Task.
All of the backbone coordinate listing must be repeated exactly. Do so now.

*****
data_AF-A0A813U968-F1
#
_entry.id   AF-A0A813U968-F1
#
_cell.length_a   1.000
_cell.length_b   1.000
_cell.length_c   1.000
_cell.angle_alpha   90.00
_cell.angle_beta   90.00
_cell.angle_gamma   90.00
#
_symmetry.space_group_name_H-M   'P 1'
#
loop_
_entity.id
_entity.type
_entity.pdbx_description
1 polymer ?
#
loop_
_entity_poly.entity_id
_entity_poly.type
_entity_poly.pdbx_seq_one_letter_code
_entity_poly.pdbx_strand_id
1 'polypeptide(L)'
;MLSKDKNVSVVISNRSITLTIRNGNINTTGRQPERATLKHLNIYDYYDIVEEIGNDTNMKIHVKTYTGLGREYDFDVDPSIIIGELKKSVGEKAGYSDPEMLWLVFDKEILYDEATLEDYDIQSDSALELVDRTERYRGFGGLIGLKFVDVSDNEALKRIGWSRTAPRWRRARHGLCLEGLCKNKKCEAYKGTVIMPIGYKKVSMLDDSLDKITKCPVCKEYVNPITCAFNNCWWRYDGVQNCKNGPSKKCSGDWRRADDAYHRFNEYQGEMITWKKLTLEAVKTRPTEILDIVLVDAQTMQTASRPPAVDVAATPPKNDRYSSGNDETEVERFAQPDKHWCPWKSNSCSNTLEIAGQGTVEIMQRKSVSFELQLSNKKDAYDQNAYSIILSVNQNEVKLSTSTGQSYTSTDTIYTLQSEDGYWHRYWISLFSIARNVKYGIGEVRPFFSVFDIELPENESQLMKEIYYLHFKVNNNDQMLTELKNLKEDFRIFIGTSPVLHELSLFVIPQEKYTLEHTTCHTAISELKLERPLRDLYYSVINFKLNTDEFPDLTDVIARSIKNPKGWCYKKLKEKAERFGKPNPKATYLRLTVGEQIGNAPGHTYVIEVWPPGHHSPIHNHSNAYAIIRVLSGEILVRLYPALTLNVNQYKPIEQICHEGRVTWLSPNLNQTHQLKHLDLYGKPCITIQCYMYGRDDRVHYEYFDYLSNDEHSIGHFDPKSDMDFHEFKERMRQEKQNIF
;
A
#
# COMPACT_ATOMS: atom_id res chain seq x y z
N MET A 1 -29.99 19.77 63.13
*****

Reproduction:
data_AF-A0A813U968-F1
#
_entry.id   AF-A0A813U968-F1
#
_cell.length_a   1.000
_cell.length_b   1.000
_cell.length_c   1.000
_cell.angle_alpha   90.00
_cell.angle_beta   90.00
_cell.angle_gamma   90.00
#
_symmetry.space_group_name_H-M   'P 1'
#
loop_
_entity.id
_entity.type
_entity.pdbx_description
1 polymer ?
#
loop_
_entity_poly.entity_id
_entity_poly.type
_entity_poly.pdbx_seq_one_letter_code
_entity_poly.pdbx_strand_id
1 'polypeptide(L)'
;MLSKDKNVSVVISNRSITLTIRNGNINTTGRQPERATLKHLNIYDYYDIVEEIGNDTNMKIHVKTYTGLGREYDFDVDPSIIIGELKKSVGEKAGYSDPEMLWLVFDKEILYDEATLEDYDIQSDSALELVDRTERYRGFGGLIGLKFVDVSDNEALKRIGWSRTAPRWRRARHGLCLEGLCKNKKCEAYKGTVIMPIGYKKVSMLDDSLDKITKCPVCKEYVNPITCAFNNCWWRYDGVQNCKNGPSKKCSGDWRRADDAYHRFNEYQGEMITWKKLTLEAVKTRPTEILDIVLVDAQTMQTASRPPAVDVAATPPKNDRYSSGNDETEVERFAQPDKHWCPWKSNSCSNTLEIAGQGTVEIMQRKSVSFELQLSNKKDAYDQNAYSIILSVNQNEVKLSTSTGQSYTSTDTIYTLQSEDGYWHRYWISLFSIARNVKYGIGEVRPFFSVFDIELPENESQLMKEIYYLHFKVNNNDQMLTELKNLKEDFRIFIGTSPVLHELSLFVIPQEKYTLEHTTCHTAISELKLERPLRDLYYSVINFKLNTDEFPDLTDVIARSIKNPKGWCYKKLKEKAERFGKPNPKATYLRLTVGEQIGNAPGHTYVIEVWPPGHHSPIHNHSNAYAIIRVLSGEILVRLYPALTLNVNQYKPIEQICHEGRVTWLSPNLNQTHQLKHLDLYGKPCITIQCYMYGRDDRVHYEYFDYLSNDEHSIGHFDPKSDMDFHEFKERMRQEKQNIF
;
A
#
# COMPACT_ATOMS: atom_id res chain seq x y z
N MET A 1 -29.99 19.77 63.13